South Africa is experiencing its most poisonous political times since the advent of democracy. This poison doesn’t end at politics. It seeps through to the economy. How else do we explain the clumsy intrusion of politics in the country’s state-owned enterprises (SOEs)?
Make no mistake, these are poisonous political times for SOEs. The state capture commission of inquiry has exposed the deeply damaging effect of politics on one specific government entity – Eskom.
Politicians are impervious to how their actions, and politics in general, have become such a preoccupation of SOEs, instead of doing what they were set up to do.
Most SOEs have simply become funnels that money from the state goes through without achieving the intended goals while enriching consulting firms, tenderpreneurs and a few politically connected elites.
Recently, when asking for more money to aid Eskom, specifically an additional R56 billion in the next financial year, Minister of Finance Tito Mboweni issued a chilling warning:
“I wish to repeat what I said in my budget vote speech: ‘We really and truly cannot go on like this’.”
It fell on deaf ears.
More concerning is that the poison of politics has made those leading the state indifferent to warnings from colleagues about the long-term risk posed by entities such as Eskom to the country’s ability to get out of the economic glut it is in. The International Monetary Fund and rating agencies have also repeatedly warned about the risks of drag down effects on potential growth.
It seems almost indisputable that this poison of politics has an even more sinister intention about it, paralysing the state’s ability to direct the way government can or is supposed to work, evolve and better its service to citizens.
Much of what we are witnessing now is politics being used to reduce a government bureaucracy to an inefficient, unworkable and chaotic one. Politics is reducing the state to a tool in the hands of ill-meaning individuals.
No one is immune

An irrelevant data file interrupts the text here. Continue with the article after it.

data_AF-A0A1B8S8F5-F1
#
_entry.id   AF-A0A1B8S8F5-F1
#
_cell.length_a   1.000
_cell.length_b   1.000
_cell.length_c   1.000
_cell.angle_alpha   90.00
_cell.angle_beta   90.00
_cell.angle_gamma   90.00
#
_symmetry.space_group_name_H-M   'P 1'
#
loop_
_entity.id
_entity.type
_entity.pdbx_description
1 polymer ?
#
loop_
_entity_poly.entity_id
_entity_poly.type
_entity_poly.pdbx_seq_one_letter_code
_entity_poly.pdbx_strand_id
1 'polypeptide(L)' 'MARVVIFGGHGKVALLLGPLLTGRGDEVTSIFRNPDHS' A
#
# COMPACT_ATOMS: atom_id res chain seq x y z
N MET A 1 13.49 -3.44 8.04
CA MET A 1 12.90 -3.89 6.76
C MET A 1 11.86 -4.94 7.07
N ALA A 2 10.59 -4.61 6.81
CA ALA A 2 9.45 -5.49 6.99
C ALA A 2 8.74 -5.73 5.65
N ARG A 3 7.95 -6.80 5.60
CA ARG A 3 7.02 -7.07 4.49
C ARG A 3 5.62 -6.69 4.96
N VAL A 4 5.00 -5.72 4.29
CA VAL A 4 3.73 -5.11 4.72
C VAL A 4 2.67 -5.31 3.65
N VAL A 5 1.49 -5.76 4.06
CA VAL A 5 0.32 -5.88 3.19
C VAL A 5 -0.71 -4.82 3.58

Not even the president is immune to the poison of politics, as we have seen with the recent email leaks and allegations of corrupt practices. The result is diverting attention from the deteriorating conditions of the economy and the overall wellbeing of the country.
Tellingly, the ‘new dawn’ that was supposed to unite different factions within the ANC has failed. The party’s national executive committee is now even more deeply divided.
This is why the political disposition is poisonous – it has muted those leading government.
The troubles this brings about manifest in SOEs that are used in the political games played by leaders within the governing party. The not-so-invisible hand of politics decides who is appointed to these entities, who is awarded tenders to service them, and why keeping them as they are matters to them.
SOEs in perspective
The working assumption of the ANC-led alliance that SOEs are a ‘must’ defies economic logic. The economy has the symptoms of a weakening fiscal position in that (i) it has retreated in the past 10 years, (ii) it has a widening budget deficit, and (iii) government debt is almost 60%.
The poison of politics is such that China’s approach to SOEs is often held up as a model to use by politicians to rationalise their logic for keeping SOEs. The rocketing debt of Eskom alone continues to pose a risk not only to the fiscus but to the economy’s ability to recover. How much more so when SAA, the SABC and now Denel are added to the crisis.
Considered together with the points made earlier, it should be clear – if it wasn’t then – that the state can neither sustain nor afford to cushion the recklessness of the catastrophic and rising debts of SOEs.
The poison of politics has bestowed South Africa with politicians who don’t grasp the consequences of placing political ideology and aspiration over real-life economic reality.
Blind to the truth
The crisis of the SOEs illustrates this and reveals the short-sightedness of politicians in pursuing what they deem as necessary while ignoring the bad effects – namely the billions of rands required to keep them afloat.
Blinded by the poison of politics, they have failed to foresee that keeping them afloat will not be a once-off. Even more money will be required, and will still not be enough. More, more, more they will demand.
The poisonous politics that runs through the veins of the political elite is preventing them from seeing how the risks created by the ailing SOEs will clog up the economy’s ability to recover.
Their alliance partners will not permit them to cull these entities, yet that is exactly what needs to happen. They must be restructured, sculpted and refined into lean, efficient, semi-privatised machines. Or sold.
Keeping them is not an option, for the sake of the people who are the lifeblood and therefore the economy of this country.
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